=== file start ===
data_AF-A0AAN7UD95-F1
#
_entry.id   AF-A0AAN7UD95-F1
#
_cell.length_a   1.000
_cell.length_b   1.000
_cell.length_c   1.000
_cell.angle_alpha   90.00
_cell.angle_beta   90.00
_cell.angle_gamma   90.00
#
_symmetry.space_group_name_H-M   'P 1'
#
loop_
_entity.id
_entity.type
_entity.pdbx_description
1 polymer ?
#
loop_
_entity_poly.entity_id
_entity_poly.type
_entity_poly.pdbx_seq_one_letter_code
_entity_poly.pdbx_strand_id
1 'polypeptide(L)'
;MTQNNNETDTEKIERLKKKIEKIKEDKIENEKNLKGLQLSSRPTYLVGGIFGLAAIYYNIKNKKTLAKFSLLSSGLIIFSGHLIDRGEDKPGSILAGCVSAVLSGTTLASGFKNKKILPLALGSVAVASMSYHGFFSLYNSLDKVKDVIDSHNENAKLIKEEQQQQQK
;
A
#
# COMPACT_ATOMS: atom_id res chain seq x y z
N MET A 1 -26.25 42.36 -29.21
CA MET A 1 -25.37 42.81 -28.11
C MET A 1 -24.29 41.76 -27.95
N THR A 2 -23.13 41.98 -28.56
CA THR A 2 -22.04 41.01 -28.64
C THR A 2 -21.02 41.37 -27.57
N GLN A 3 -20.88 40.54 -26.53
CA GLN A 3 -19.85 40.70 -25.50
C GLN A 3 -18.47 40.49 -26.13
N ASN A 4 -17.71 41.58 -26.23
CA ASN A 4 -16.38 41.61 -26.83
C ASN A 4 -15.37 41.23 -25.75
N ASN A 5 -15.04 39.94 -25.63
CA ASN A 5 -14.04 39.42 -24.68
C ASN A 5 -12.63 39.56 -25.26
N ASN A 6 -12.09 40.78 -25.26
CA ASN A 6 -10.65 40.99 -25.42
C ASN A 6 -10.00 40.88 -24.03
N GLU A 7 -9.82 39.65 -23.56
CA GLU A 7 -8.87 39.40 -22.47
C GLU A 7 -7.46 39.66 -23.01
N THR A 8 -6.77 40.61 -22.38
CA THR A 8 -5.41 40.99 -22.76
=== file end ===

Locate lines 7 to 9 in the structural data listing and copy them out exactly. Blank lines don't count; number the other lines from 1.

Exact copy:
_cell.length_c   1.000
_cell.angle_alpha   90.00
_cell.angle_beta   90.00